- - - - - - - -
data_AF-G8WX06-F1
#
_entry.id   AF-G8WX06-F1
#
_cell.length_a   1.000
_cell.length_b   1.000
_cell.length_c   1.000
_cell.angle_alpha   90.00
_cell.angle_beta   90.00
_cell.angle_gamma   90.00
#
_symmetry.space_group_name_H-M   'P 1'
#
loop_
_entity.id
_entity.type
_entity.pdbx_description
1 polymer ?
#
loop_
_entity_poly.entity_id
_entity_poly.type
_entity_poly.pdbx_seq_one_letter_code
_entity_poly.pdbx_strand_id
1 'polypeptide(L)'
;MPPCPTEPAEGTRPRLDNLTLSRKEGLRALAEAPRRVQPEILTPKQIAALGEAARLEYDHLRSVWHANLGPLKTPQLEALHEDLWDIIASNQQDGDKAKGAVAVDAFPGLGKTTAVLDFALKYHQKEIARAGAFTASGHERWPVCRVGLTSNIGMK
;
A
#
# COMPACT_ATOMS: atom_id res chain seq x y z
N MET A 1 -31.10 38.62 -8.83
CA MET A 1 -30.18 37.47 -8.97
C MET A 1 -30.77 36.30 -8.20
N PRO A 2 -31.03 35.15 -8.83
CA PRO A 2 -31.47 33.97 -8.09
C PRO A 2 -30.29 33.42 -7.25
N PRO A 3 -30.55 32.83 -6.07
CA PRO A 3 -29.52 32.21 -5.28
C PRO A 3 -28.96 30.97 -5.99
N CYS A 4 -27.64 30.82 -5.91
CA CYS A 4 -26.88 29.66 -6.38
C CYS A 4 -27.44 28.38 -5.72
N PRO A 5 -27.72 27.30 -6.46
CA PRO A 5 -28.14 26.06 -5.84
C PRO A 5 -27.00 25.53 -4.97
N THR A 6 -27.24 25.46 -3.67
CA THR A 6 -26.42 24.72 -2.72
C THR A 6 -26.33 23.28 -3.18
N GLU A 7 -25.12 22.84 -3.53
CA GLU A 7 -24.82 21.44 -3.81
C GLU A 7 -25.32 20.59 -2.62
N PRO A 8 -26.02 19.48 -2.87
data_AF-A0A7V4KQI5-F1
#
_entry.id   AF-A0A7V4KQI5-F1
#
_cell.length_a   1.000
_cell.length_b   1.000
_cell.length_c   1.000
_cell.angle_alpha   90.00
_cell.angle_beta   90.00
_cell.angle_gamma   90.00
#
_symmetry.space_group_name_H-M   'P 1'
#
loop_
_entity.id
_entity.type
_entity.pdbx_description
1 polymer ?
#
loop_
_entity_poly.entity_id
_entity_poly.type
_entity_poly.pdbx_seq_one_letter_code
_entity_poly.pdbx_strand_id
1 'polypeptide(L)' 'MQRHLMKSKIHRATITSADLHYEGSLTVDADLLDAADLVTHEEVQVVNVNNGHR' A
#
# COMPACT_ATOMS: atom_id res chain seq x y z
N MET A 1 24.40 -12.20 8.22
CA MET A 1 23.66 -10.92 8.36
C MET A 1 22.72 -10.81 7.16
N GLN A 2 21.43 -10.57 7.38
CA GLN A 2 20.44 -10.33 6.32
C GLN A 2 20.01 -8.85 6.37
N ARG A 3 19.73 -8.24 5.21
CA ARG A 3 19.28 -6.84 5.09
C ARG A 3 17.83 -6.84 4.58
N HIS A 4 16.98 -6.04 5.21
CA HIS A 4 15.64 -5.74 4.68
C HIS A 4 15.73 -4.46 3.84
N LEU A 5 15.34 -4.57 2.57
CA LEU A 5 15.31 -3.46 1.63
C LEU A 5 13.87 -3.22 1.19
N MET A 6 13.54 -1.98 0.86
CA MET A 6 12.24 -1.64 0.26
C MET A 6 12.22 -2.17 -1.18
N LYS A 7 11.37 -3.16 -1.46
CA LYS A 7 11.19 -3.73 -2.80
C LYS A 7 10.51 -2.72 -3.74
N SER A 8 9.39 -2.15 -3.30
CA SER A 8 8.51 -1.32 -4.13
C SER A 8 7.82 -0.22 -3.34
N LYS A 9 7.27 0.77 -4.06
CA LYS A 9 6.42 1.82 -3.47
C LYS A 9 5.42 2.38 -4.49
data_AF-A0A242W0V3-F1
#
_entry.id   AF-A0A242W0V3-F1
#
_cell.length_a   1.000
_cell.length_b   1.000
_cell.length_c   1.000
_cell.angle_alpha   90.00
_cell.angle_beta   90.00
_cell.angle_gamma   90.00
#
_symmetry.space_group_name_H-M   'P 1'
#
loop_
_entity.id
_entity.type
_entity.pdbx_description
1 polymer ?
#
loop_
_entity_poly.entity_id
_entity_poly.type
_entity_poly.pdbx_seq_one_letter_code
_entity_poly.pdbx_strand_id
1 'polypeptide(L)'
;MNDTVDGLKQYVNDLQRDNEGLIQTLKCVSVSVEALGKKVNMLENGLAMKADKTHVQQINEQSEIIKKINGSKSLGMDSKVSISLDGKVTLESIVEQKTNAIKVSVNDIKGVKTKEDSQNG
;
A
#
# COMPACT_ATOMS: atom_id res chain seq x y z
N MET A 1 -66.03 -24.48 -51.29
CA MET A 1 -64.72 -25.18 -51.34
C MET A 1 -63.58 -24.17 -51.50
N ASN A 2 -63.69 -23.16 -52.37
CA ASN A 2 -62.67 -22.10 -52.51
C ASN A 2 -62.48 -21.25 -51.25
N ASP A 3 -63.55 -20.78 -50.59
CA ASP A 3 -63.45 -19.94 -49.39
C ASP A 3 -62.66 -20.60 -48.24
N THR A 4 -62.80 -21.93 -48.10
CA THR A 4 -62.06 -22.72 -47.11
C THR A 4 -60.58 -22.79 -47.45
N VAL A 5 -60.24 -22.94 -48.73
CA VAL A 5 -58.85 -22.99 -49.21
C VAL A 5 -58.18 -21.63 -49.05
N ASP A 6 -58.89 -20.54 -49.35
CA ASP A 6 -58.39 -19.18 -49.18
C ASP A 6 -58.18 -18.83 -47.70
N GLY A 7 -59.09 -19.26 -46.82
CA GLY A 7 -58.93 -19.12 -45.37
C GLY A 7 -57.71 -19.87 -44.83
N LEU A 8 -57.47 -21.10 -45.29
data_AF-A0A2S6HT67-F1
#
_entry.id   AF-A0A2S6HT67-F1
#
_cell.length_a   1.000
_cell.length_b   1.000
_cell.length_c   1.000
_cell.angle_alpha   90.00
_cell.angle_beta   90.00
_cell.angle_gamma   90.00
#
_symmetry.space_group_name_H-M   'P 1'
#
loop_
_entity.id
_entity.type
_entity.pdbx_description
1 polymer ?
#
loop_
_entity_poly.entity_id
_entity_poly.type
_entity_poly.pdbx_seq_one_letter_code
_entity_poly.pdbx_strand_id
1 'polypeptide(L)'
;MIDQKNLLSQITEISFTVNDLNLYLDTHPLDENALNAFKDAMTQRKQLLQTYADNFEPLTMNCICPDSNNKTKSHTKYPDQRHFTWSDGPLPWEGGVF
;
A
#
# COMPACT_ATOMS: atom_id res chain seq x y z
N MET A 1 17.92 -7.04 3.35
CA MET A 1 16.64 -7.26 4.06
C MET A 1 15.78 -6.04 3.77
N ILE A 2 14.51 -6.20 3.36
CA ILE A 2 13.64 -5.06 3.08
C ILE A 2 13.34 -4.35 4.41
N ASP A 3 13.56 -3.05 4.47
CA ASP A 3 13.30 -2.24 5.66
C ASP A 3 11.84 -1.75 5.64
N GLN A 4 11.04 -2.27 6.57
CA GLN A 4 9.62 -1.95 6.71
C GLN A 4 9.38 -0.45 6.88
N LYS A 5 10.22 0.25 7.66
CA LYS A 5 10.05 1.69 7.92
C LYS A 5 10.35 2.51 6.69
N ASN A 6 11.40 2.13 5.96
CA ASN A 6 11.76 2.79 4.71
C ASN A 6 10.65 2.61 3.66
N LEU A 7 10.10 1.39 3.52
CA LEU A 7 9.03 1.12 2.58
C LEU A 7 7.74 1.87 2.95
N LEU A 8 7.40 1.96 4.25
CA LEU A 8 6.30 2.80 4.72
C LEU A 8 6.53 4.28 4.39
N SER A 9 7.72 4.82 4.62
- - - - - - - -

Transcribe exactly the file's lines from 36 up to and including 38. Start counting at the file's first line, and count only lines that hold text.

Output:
C PRO A 2 -30.29 33.42 -7.25
N PRO A 3 -30.55 32.83 -6.07
CA PRO A 3 -29.52 32.21 -5.28